JIM SINCLAIR/Independent editor
The downtown Superfluity Thrift location is an island of affordability for folks who need to save money on some of the necessities of life. Offering that affordability is a group of up to 80 volunteers who work tirelessly to make available a steady supply of clothing, footwear and assorted household goods to those whose budget may allow few other shopping alternatives.
The fact that the sanctuary is being defiled, so to speak, is a source of great irritation to the ladies who run the shop.
Wilma Zurfluh and her co-workers are disappointed by those who see fi t to make off with donations from the in-box in the alley behind the store. They consider it an affront to those who donate, those who prepare and display the goods, and those who depend on the service.
“People rip up the bags and go through the contents,” reported Wilma last Saturday. She said items of clothing had subsequently been seen strewn around town as they were then discarded by the culprit(s).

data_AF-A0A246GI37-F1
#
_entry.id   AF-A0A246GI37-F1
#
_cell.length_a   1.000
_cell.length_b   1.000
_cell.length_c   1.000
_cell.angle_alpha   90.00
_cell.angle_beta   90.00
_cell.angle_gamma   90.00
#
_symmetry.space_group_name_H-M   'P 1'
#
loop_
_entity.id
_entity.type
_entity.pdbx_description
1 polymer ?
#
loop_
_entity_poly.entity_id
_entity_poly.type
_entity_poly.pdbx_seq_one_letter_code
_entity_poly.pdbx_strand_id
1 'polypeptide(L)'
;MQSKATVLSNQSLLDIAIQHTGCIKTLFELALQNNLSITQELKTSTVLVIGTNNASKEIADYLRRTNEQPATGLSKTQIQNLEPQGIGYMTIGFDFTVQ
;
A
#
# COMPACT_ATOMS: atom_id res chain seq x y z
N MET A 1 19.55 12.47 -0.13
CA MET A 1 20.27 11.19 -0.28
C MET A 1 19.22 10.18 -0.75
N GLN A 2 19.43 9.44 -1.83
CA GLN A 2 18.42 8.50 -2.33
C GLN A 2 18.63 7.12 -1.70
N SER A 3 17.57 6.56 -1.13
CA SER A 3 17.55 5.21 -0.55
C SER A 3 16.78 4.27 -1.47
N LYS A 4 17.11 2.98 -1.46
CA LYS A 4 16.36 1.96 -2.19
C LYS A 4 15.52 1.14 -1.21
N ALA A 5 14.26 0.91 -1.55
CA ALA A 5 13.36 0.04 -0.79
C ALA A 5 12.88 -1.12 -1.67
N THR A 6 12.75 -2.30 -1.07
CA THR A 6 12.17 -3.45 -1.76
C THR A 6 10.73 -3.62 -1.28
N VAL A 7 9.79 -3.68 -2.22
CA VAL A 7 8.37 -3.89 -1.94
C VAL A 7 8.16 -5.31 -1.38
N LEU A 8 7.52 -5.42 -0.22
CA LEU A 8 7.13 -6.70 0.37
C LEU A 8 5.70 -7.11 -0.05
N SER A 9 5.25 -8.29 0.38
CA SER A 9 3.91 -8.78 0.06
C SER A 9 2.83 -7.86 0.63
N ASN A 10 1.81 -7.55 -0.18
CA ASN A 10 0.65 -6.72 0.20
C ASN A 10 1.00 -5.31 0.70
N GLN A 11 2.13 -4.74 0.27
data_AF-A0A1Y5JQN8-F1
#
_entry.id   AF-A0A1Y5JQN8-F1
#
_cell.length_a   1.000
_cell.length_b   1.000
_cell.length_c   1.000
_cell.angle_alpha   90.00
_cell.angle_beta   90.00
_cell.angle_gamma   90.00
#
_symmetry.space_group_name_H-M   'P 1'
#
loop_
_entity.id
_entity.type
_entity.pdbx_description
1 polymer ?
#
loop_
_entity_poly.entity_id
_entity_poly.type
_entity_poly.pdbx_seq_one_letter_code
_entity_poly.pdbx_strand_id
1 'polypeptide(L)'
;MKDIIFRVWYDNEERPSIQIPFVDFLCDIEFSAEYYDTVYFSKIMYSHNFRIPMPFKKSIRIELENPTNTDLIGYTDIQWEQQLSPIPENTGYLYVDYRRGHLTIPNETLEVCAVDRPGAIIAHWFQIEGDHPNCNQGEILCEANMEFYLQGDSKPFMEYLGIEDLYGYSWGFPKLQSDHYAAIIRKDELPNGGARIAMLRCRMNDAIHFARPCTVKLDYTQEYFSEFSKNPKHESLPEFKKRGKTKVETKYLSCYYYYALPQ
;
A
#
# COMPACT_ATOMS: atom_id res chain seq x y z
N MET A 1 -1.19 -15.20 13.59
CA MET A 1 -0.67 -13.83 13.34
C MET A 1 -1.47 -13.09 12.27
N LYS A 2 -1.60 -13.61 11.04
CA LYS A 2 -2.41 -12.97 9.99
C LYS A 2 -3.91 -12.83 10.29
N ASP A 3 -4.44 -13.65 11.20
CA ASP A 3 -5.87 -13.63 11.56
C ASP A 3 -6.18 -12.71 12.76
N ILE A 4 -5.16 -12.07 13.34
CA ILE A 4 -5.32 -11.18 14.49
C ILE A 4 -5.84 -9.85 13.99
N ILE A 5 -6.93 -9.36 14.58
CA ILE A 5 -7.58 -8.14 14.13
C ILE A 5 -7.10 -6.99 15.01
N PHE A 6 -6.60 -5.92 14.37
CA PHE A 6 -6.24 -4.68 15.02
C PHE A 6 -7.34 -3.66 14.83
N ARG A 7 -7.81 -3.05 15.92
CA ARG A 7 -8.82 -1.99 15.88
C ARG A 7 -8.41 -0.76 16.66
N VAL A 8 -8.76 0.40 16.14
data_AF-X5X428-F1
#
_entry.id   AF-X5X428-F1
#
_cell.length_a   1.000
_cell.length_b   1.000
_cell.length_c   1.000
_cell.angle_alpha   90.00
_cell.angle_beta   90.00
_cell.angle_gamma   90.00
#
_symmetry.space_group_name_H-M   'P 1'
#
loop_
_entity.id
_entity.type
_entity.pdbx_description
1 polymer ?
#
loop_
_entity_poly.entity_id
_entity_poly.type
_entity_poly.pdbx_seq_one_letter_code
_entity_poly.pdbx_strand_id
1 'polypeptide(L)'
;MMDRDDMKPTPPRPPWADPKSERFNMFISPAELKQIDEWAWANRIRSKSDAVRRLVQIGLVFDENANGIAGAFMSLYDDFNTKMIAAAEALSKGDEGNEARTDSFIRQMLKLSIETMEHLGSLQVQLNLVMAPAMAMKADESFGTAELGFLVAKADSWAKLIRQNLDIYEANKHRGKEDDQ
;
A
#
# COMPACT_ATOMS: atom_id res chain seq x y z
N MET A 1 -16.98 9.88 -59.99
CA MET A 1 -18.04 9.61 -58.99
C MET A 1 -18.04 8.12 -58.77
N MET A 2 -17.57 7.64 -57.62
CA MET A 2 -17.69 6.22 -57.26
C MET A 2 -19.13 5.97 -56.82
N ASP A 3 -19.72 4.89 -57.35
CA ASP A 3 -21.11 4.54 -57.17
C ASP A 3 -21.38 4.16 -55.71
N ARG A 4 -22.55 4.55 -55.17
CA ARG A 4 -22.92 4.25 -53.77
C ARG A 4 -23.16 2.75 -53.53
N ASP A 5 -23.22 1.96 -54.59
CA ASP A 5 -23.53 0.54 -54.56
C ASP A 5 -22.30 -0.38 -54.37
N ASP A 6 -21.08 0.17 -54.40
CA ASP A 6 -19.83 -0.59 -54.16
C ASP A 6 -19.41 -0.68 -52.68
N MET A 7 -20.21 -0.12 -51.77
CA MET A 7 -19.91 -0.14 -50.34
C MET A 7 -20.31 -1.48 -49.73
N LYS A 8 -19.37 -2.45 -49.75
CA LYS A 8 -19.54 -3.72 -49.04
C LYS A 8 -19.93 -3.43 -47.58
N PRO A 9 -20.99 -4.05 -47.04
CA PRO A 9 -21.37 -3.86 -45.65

Another ongoing woe faced by the caring workers is when the drop-off bin itself is used as a garbage dump by an inconsiderate few.
This type of outrage, unfortunately, is nothing new and the Superfluity staff members are aware that the perpetrators are not likely to be deterred by a newspaper article.
What may be accomplished by shedding light on the problem, however, is greater awareness among the public, and even some better observance and reporting of offences to police.
One step the ladies would like to take involves asking the many generous donors to schedule their drop-offs at a time closer to the working hours at the shop.
“We’d like to ask that people bring donations between 8 a.m. and 4 p.m.,” said Wilma, indicating the less time the goods sit unattended, the better.
The positive influence the Superfluity Thrift is obvious and, no doubt, appreciated in the community.
Along with the many high value sales made at the outlet, 500 to 600 pounds of items are forwarded weekly to the Diabetes Association by way of the local Wal-Mart, according to Wilma who also declared that $55,000 was injected directly into the community thanks to the Superfluity.
The word superfluity, incidentally, means superabundance.
The local effort has been ongoing since January, 1980.
“We take things people don’t want and sell it at very decent prices to people who don’t have a lot,” informed volunteer Dolores Facas.
As is so often the case, a small number are responsible for some big headaches.
“The majority are very considerate,” Wilma concluded, “bringing in gently-used items.”